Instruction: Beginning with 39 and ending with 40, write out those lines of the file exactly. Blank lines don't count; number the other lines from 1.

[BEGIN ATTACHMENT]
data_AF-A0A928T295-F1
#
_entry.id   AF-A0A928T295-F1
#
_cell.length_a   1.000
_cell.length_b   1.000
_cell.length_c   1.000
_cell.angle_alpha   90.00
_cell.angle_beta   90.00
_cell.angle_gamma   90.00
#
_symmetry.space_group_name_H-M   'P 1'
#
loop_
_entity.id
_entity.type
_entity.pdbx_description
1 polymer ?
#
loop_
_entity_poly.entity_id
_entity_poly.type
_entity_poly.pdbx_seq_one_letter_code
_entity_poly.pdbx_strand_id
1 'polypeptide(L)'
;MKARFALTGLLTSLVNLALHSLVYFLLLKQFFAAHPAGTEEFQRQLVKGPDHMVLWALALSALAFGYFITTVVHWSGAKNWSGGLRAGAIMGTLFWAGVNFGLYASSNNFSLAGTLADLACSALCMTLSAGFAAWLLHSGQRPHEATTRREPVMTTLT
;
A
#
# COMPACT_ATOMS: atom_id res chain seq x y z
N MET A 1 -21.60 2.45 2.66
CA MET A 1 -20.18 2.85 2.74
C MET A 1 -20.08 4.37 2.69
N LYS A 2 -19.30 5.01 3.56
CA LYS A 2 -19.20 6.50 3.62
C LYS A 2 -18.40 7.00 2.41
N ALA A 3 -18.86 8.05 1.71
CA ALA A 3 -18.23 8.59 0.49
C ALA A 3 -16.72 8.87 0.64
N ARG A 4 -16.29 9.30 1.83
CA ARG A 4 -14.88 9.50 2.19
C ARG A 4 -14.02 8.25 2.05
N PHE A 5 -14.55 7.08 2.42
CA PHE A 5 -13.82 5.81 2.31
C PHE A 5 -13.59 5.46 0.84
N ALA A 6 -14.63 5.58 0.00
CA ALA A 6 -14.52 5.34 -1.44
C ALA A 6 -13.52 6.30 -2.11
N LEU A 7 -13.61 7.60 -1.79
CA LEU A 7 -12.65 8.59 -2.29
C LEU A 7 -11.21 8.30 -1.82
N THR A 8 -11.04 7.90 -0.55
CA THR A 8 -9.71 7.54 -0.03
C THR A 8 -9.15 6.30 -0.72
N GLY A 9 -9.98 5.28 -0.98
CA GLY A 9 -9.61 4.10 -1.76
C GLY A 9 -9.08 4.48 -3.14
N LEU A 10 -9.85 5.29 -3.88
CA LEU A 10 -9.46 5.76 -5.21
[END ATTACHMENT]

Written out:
C ALA A 3 -16.72 8.87 0.64
N ARG A 4 -16.29 9.30 1.83